Comments on NAIC draft pharmacy benefit manager model law

Pharmacy Benefit Manager Regulatory Issues (B) Subgroup/NAIC
September 1, 2020
Andrew Stolfi/T.K. Keen
Chair, Pharmacy Benefit Manager Regulatory Issues (B) Subgroup
National Association of Insurance Commissioners
444 North Capitol Street NW
Suite 700
Washington, DC 20001

Dear Commissioner Stolfi, Deputy Administrator Keen, and PBM Subgroup Members:

Please find the attached comments by the HIV+HEP Policy Institute on the draft NAIC Pharmacy Benefits Manager (PBM) Model Law. The HIV+HEP Policy Institute is a leading HIV and hepatitis policy organization promoting quality and affordable healthcare for people living with or at risk of HIV, hepatitis, and other serious and chronic health conditions. People with HIV and hepatitis rely on medications for their treatment and in the instance of hepatitis C, a cure. Access and affordability to these lifesaving medications are mainly controlled by PBMs.

We are pleased that the NAIC has turned its attention to the important role of PBMs in ensuring access to medications for patients living with HIV, hepatitis, and others who rely on prescription drugs. Our comments on the draft model law seek to improve it by:

  1. Ensuring greater transparency in the work of PBMs;
  2. Ensuring greater enforcement in any law that is adopted;
  3. Establishing that PBMs have a fiduciary relationship with health carriers; and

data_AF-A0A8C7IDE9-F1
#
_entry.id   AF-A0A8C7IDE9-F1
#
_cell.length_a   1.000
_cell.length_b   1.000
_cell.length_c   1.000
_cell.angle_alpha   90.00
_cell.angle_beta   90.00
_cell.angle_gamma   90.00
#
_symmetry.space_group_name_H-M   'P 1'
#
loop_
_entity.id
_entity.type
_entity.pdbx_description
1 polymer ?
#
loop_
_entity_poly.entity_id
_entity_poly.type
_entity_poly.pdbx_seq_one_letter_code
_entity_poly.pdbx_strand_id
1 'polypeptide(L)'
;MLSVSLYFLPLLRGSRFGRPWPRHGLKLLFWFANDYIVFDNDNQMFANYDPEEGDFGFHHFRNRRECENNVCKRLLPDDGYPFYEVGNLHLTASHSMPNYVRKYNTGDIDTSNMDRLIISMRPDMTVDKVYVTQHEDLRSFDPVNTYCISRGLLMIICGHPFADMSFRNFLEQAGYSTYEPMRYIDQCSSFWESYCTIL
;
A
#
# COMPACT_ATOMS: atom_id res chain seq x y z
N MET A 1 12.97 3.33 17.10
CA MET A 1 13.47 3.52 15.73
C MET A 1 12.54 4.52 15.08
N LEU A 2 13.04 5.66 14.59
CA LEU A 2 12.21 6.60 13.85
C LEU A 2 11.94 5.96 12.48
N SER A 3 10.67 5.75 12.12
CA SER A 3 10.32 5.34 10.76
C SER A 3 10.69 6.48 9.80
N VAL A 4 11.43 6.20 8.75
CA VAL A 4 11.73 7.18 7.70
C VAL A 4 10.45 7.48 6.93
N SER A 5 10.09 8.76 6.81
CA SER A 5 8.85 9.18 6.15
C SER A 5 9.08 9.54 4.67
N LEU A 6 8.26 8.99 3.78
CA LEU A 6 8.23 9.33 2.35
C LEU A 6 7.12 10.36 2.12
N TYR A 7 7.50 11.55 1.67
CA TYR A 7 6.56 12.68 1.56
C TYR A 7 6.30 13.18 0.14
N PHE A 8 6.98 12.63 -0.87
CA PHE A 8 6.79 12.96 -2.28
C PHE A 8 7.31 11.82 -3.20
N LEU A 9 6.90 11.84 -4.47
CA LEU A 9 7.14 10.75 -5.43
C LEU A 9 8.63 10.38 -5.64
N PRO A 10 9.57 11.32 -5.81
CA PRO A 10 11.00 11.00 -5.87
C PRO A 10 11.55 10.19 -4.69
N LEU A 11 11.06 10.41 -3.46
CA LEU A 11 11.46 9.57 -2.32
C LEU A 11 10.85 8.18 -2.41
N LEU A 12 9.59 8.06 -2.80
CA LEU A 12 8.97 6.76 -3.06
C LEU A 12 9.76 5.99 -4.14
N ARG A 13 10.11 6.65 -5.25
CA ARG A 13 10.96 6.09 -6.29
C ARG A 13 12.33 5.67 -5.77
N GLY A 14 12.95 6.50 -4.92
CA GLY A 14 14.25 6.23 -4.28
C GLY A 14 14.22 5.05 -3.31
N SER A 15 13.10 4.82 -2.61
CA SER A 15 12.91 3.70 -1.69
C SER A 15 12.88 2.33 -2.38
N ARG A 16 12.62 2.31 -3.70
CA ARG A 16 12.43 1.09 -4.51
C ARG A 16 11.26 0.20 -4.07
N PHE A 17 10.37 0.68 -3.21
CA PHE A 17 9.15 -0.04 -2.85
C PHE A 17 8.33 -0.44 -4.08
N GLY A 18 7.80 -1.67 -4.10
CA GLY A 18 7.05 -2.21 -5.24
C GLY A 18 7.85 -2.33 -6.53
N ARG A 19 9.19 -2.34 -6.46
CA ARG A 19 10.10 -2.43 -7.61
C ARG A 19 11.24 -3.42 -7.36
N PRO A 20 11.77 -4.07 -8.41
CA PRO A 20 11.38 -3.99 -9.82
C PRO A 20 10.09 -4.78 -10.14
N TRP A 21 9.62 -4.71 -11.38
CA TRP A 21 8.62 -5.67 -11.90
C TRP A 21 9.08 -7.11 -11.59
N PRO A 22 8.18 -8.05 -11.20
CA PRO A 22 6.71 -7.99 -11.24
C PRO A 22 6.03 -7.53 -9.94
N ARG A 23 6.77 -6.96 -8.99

4. Allowing PBMs to pass rebates on to consumers. Many of the proposed revisions align with those recommendations being submitted by the Consumer Representatives to the NAIC.

While most consumers interface with their insurance carriers, access and affordability of prescription drugs is largely controlled by PBMs. The three largest PBMs in the country who control 75 to 80 percent of covered lives1 , decide which drugs are on a plan’s formulary. They also establish which tier a drug is placed on. People living with HIV, hepatitis, and many other chronic conditions, frequently must access drugs that PBMs arbitrarily place on specialty tiers. On this tier, patients are required to pay the highest cost-sharing levels, frequently in terms of co-insurance, which can be upwards to 50 percent of the list price of a drug. After placing all HIV drugs, no matter their list cost, on the highest tier, the State of Florida found this practice to be discriminatory. Other states and the federal government have also stated that placing all drugs to treat a specific health condition on the highest tier to be discriminatory.

Rebates and other price concessions negotiated by the PBMs with drug manufacturers play a significant role in determining not only formularies and tiering but also prior authorization, step-therapy, and other utilization management techniques. These additional access restrictions present substantial barriers for people trying to access their medications prescribed by their providers to best meet patients’ medical needs. PBMs also decide whether new and innovative medications are added to formularies and dictate the removal of approved medications from formularies, often done midyear, which force patients to switch from medically stable treatments.